This Article focuses on the case of Islamic Investment Company of the Gulf (Bahamas) Ltd. v. Symphony Gems N.V. & Others (“Symphony Gems”). Symphony Gems is the first instance where a Western court of law ruled on an Islamic financial transaction. Symphony Gems illuminates the challenges and tensions within the industrial complex of Islamic finance as it seeks to exist and thrive in a commercial reality where the regulatory framework and its associated assumptions (both theoretical as well as those of commercial practice) differ markedly from those of Islamic law and the contemporary Islamic financial industry. The resulting transactions often deviate from the classical modes or forms upon which they are supposed to be based. From a conventional finance perspective, Islamic transactions can be criticized as being anomalous, inefficiently structured and obliquely documented. Symphony Gems arose out of the applicability of an Islamic financial contract known as a murabahah. This Article will explain both the conceptual basis and the contemporary usage of the murabahah contract and, more generally, the challenges of integrating Islamic financial concepts into the Anglo-American legal system that predominates the modern global economy. Murabahah contracts, simply stated, involve the sale of an item, through a middleman, in which the ultimate buyer is aware of the middleman's costs in obtaining the item. As discussed later in this Article, murabahah contracts in contemporary practice closely approximate conventional financing mechanisms, particularly the economics underlying a similarly-profiled conventional commercial financing. This is why murabahah contracts are so popular. Therefore, it is not surprising that the first instance in which a Western court of law has examined and opined upon an Islamic financial contract involves a murabahah sale.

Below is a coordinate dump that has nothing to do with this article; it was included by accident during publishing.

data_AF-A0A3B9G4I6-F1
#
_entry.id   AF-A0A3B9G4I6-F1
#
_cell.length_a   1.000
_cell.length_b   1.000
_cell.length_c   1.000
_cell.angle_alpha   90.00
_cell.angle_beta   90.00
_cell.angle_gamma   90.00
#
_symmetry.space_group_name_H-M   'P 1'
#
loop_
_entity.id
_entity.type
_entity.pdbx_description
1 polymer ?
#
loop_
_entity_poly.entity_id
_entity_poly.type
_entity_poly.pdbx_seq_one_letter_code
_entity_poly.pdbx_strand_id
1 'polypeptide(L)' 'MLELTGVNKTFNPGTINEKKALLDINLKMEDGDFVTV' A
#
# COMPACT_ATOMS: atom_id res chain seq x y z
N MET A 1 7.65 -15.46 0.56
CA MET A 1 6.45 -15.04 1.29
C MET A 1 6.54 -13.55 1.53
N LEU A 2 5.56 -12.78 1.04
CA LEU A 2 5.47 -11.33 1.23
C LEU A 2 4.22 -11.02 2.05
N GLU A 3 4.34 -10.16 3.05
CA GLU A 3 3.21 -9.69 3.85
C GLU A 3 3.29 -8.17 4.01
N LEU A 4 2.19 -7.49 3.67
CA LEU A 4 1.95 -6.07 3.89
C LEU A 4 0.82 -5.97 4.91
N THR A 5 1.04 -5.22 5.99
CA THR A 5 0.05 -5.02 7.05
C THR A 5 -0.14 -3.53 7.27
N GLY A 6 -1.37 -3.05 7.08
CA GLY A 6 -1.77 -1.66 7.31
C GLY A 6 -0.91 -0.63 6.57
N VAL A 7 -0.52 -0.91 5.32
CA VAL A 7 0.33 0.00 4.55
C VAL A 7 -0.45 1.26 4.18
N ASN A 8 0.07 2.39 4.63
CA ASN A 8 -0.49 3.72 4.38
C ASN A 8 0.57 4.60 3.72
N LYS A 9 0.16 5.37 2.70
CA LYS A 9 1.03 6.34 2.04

Umar F. Moghul Esq. and Arshad A. Ahmed Esq.,
Contractual Forms in Islamic Finance Law and Islamic Inv. Co. of the Gulf (Bahamas) Ltd. v. Symphony Gems N.V. & Ors.: A First Impression of Islamic Finance,
27 Fordham Int'l L.J. 150
Available at: http://ir.lawnet.fordham.edu/ilj/vol27/iss1/7